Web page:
Verizon Launches Health Information Exchange
The Verizon Health Information Exchange (VHIE) will provide a unified view of a patient's medical record that can be accessed via an Internet connection from a doctor's office or hospital.
Built using Oracle Corp. (Nasdaq: ORCL)'s Enterprise Master Patient Index, which enables all the medical records of a given patient to be associated to a unique key, the VHIE will have built-in identity management to protect individual records, and Verizon security to prevent denial-of-service attacks and other threats.
There are multiple drivers for the development of health information exchanges, including federal regulations that both require the healthcare industry to move to automate its IT processes and provide funding to do so. In addition, there is the need to provide better patient care, reduce medical errors, and eliminate the need for patients to keep track of their own records, says Gerard Grundler, managing principal, Health Information Exchange Services, for Verizon.
"Consumers are starting to really drive the business -- this is now a patient-centric ecosystem," Grundler says. "They want to go to a provider that has a holistic view of their patient records, so they don't have the burden of carrying around their results."
The VHIE is Verizon's latest foray into vertical applications for the healthcare industry, which began with the creation of a devoted business unit, Verizon Connected Health Care Solutions, and which includes the hiring of people from the health sector, such as Grundler.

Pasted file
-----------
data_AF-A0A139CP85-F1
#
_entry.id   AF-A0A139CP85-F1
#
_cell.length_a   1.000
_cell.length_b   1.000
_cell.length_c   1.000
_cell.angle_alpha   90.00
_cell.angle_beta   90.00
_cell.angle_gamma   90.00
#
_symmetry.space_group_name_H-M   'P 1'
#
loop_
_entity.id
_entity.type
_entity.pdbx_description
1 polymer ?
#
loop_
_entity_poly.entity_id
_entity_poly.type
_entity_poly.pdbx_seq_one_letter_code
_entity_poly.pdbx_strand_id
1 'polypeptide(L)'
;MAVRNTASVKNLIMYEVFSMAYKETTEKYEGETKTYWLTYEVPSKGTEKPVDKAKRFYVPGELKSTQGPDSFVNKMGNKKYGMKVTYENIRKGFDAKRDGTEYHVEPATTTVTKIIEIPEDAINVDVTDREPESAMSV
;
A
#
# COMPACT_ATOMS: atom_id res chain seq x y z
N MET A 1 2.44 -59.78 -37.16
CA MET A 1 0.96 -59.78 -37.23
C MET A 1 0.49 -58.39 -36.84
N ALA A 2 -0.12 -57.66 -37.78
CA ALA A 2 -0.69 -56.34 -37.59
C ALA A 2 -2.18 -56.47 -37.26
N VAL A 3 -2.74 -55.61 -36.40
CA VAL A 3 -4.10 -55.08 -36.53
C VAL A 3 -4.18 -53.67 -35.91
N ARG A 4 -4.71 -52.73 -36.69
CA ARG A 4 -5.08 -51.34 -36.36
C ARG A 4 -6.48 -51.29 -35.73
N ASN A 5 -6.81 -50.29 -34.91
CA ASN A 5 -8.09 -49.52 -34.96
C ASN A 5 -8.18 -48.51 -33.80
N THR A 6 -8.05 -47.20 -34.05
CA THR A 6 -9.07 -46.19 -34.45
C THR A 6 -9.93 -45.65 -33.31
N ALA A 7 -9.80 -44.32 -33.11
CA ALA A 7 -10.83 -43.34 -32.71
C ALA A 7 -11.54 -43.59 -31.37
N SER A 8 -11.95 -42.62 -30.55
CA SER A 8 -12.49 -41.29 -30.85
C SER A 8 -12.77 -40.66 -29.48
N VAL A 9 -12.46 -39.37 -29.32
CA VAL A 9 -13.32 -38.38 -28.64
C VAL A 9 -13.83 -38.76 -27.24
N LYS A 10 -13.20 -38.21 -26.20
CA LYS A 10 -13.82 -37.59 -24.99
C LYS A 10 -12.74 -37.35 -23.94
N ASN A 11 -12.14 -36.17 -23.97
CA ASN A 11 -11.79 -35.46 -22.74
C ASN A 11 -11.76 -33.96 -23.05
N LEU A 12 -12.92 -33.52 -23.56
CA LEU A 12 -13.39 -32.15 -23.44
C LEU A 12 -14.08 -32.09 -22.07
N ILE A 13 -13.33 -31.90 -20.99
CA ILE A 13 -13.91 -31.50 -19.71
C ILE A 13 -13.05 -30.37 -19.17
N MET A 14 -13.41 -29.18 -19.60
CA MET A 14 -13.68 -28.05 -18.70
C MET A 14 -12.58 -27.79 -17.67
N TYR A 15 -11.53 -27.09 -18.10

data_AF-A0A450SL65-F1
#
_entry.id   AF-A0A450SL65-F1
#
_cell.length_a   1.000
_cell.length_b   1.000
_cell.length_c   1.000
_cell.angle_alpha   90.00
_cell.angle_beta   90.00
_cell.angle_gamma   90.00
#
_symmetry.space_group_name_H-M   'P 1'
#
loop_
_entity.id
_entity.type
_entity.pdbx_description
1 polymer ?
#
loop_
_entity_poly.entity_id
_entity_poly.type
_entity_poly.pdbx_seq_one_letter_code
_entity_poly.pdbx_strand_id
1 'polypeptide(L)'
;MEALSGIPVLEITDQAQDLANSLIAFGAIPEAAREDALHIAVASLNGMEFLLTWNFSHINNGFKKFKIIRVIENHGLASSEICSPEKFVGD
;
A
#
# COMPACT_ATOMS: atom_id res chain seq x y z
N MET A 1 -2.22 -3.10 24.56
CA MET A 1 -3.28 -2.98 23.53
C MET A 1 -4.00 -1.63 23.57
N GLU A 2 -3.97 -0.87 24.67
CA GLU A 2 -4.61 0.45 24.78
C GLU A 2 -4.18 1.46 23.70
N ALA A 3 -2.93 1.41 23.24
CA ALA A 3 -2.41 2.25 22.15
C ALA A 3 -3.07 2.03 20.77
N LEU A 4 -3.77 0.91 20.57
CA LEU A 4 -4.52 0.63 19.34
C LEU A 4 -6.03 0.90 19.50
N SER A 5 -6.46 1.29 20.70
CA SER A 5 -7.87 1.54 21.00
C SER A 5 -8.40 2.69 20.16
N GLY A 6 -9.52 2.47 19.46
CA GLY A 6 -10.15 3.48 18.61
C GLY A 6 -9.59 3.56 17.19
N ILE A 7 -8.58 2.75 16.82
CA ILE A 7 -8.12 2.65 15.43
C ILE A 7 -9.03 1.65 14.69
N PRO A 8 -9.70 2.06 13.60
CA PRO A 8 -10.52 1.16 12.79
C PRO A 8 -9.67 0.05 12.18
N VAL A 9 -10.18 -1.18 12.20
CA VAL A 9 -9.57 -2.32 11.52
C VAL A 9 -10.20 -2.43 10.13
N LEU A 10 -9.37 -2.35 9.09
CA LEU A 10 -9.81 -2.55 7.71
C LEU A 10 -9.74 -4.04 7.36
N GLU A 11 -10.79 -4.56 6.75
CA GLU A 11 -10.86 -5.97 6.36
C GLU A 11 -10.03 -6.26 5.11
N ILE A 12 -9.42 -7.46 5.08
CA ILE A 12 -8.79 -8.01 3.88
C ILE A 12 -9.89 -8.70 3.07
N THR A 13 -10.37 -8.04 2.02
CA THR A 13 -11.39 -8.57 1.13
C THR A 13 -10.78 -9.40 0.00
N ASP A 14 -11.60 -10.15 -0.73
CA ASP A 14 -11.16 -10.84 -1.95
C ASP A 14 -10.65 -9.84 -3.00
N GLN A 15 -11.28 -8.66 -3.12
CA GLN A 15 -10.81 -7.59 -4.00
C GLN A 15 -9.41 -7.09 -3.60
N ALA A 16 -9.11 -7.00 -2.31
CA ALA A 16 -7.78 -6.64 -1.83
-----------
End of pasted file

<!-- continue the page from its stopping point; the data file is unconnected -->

The VHIE offers a portal and search capabilities that enable doctors to quickly find the information or test results they're seeking for a specific patient. It includes a record locator service, cross-enterprise patient index, and secure clinical messaging capabilities. MedVirginia, a non-profit organization built by Virginia healthcare organizations to improve IT services, is a participant in the development of VHIE, and its first customer. Doctors' offices and hospitals will subscribe to the VHIE and, because it is a cloud–based service, pay on a per-usage basis.
Patients will be able to control who has access to their records and decide which records are available, Grundler says.
The viewer and presentation layer of the VHIE are based on technology from MedFX.
"Jane Doe can allow access to her health records, but prevent access to her mental health records or her HIV status, for example," he says.
"Each doctor, depending on what they are treating, can look at the patient record differently. They can focus on what is important to their treatment."
Electronic record-keeping is intended to reduce errors in patient care by providing a comprehensive view of the patient (the medication they are taking, the last time they were seen by a doctor, and so on), while reducing the cost of sharing information by eliminating the need for records to be printed and either faxed, mailed, or carried between medical facilities.
By 2014, the federal government will be penalizing those healthcare practices that haven't migrated to electronic records, Grundler says. The VHIE is designed to meet all federal regulations for electronic records, as they roll out between now and then.
— Carol Wilson, Chief Editor, Events, Light Reading